Leave a comment

This site is protected by reCAPTCHA and the Google Privacy Policy and Terms of Service apply.

All comments are moderated before being published.

You might also enjoy

Tui Na Massage and Gua Sha: Ancient Practices for Ultimate Wellness

In today's fast-paced world, the wisdom of ancient healing remains captivating for those seeking holistic well-being. Tui Na and Gua Sha, originating from Tr...

Needling Harmony: Exploring Acupuncture's Path to Vital Energy & Holistic Wellness

Rooted in the heart of Traditional Chinese Medicine (TCM) and seamless...

Chinese Face Mapping: An Ancient Practice for Assessing Health

Chinese Face Mapping is an ancient practice that provides ...

The Significance of Righteous Qi: Enhancing Your Body's Vital Energy

Discover the significance of righteous qi in Traditional Chinese Medicine and its role in enhancing your body's vital energy.

Qigong vs Tai Chi; Everything You Need to Know

Qigong and Tai Chi are similar in many aspects. However, there are subtle distinctions between the two practices, often leaving people curious about which form is best suited for them.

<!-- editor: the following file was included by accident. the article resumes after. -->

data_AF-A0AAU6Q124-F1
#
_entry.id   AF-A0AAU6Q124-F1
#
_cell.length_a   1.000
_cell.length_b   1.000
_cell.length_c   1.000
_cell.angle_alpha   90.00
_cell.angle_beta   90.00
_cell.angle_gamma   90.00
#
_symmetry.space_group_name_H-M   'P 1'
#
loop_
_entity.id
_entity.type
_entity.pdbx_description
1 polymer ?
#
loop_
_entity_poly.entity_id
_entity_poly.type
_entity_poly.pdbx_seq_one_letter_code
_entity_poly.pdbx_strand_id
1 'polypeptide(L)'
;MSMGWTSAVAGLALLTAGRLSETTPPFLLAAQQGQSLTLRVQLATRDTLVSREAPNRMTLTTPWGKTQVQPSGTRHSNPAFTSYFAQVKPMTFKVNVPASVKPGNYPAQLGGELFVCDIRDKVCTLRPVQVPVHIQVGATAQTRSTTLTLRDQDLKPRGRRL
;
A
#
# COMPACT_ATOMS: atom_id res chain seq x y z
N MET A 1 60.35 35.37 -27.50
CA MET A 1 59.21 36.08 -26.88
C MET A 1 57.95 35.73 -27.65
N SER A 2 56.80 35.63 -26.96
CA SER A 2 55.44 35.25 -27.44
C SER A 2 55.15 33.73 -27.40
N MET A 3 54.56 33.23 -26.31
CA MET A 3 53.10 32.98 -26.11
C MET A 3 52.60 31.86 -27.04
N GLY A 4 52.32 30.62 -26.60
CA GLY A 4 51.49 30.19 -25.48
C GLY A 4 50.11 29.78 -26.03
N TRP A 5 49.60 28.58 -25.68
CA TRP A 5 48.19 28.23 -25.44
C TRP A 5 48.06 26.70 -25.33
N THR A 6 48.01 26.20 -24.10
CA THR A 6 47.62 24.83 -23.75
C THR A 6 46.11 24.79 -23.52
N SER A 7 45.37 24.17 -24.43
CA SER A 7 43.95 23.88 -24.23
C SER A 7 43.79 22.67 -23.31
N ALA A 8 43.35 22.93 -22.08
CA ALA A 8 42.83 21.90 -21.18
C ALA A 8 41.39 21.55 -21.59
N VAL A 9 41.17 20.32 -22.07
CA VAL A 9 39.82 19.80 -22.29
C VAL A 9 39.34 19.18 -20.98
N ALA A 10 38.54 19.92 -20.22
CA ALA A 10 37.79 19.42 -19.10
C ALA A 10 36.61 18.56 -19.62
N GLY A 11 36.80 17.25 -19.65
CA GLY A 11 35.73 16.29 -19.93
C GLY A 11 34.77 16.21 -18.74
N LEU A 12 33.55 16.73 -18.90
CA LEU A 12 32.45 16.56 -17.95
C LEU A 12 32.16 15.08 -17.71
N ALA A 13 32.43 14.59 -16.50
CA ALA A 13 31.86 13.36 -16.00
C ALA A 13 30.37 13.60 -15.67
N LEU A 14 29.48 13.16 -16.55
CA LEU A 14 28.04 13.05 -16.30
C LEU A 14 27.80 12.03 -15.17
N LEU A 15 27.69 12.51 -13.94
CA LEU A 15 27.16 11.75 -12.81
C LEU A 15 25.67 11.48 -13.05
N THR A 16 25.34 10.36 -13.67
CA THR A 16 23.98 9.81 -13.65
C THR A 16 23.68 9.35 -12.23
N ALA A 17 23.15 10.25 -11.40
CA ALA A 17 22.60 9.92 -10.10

Understanding Gu Syndrome: CIRS and Its Impact on Chronic Health Issues

In the realm of Traditional Chinese Medicine (TCM), complexity finds simplicity. While the Western medical model relies on a spectrum of testing for diagnosis and chemical medications to alleviate s...

Commitment is Key: How To Optimize The Effectiveness of Herbal Medicine

Chinese herbal medicines are designed to treat the root of health issues, resulting in long-lasting benefits. This type of medicine requires commitment, patience, and a willingnes...

TCM Tongue Diagnosis - Understanding Your Health from Your Tongue

The color, texture, and coating of your tongue can reveal valuable insights to your health. Learn more about TCM Tongue Diagnosis in our complete guide.

Understanding Yin Deficiency and its Impact on Your Health

Yin is a concept in TCM that refers to the cool, moist, and nourishing aspects of the body. Yin is responsible for providing the body with the moisture it needs to function proper...

The Ultimate Guide to Traditional Chinese Medicine - TCM